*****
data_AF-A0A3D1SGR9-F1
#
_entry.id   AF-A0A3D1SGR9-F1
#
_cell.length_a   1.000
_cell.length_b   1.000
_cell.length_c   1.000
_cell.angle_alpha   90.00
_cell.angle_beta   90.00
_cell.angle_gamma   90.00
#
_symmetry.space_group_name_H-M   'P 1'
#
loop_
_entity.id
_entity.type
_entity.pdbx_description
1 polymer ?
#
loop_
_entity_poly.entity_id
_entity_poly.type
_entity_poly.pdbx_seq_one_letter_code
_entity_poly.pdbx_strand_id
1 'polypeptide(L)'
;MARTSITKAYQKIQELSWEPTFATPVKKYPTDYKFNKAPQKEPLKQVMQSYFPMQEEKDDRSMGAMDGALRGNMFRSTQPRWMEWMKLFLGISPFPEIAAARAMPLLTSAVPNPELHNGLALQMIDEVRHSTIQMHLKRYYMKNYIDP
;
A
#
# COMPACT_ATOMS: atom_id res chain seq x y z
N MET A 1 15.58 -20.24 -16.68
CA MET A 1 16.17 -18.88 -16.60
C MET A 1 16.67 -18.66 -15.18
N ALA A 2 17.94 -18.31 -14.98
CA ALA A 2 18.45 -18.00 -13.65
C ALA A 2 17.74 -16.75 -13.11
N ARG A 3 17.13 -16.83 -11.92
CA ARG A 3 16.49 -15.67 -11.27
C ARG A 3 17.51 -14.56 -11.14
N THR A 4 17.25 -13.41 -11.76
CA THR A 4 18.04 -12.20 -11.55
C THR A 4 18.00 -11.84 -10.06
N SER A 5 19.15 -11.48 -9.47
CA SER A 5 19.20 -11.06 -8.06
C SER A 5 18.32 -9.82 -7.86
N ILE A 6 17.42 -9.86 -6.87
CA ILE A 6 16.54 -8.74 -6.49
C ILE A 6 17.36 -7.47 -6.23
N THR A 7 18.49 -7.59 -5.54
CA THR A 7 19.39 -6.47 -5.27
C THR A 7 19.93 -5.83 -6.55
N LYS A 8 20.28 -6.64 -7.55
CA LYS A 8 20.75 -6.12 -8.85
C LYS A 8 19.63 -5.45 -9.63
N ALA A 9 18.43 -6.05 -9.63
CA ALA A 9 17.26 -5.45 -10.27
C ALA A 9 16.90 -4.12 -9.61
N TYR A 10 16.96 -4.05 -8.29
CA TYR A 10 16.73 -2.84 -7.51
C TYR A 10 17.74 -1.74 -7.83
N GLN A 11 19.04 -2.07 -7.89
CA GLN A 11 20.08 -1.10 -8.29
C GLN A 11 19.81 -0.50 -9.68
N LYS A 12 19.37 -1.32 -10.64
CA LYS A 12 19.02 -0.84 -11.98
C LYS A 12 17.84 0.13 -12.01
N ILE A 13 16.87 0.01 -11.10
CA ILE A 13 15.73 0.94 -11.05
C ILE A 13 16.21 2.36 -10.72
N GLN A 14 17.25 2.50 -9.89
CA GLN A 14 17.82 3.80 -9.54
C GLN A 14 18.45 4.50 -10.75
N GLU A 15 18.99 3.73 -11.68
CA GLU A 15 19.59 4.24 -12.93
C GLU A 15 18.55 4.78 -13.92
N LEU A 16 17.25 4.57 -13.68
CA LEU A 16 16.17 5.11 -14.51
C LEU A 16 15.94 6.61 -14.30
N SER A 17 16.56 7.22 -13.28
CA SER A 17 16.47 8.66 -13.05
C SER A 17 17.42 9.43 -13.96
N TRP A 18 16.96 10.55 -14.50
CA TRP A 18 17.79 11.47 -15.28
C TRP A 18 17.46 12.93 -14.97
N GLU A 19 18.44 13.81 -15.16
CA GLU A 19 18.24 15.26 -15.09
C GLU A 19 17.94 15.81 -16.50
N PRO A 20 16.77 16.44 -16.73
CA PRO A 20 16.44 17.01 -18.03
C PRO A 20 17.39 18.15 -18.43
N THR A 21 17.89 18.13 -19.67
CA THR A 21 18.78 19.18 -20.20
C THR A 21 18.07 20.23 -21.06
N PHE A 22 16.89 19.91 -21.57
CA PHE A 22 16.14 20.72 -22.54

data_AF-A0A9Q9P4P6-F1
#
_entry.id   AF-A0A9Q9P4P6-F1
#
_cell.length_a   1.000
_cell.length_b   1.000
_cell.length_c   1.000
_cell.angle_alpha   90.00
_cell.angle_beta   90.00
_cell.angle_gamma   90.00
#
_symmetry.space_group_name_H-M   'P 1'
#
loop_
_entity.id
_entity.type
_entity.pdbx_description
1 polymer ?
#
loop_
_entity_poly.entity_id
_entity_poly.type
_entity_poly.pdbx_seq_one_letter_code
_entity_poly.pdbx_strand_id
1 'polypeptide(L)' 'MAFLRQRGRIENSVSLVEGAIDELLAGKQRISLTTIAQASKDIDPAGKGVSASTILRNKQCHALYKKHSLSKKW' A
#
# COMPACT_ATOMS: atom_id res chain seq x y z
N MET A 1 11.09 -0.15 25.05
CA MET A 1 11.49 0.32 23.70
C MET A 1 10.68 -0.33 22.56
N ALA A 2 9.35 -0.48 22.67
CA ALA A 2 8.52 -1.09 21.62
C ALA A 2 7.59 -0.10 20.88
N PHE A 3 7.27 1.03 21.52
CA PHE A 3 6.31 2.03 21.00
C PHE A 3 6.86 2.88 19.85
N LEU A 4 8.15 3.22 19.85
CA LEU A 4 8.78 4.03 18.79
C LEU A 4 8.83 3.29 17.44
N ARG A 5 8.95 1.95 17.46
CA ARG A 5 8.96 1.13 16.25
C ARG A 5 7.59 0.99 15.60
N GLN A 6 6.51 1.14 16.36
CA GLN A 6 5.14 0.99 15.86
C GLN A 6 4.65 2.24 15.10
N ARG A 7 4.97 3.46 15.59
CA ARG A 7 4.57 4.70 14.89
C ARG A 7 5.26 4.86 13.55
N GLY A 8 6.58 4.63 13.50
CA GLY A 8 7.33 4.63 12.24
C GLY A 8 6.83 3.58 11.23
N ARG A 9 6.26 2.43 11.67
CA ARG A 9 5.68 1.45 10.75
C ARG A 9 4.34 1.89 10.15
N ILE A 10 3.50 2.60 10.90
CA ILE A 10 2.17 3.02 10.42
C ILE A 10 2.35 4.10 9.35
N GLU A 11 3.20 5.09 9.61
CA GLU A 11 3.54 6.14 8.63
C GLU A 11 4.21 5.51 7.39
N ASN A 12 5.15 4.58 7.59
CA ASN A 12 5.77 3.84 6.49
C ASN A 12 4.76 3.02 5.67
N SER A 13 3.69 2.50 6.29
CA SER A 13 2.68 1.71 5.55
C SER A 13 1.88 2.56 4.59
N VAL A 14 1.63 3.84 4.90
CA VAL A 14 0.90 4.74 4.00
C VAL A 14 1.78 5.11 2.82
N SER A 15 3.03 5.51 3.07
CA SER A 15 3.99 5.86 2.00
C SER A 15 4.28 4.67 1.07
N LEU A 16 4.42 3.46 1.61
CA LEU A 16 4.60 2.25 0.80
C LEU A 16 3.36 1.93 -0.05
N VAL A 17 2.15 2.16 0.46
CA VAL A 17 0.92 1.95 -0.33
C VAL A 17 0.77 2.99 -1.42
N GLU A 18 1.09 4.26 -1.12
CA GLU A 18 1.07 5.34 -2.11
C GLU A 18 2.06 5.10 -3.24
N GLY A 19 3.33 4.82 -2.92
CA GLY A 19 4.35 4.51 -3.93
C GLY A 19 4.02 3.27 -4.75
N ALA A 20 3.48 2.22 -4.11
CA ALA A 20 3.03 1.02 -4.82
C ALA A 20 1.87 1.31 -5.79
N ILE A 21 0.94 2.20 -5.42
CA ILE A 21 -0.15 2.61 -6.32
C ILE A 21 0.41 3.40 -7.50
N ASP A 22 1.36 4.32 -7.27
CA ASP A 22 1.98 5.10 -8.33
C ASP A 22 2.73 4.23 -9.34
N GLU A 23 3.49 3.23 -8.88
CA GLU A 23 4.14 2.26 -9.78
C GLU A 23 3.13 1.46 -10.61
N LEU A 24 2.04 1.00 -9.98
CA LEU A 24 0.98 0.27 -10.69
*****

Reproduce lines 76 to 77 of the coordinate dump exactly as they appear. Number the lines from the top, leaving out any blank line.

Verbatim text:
N LEU A 16 17.25 4.57 -13.68
CA LEU A 16 16.17 5.11 -14.51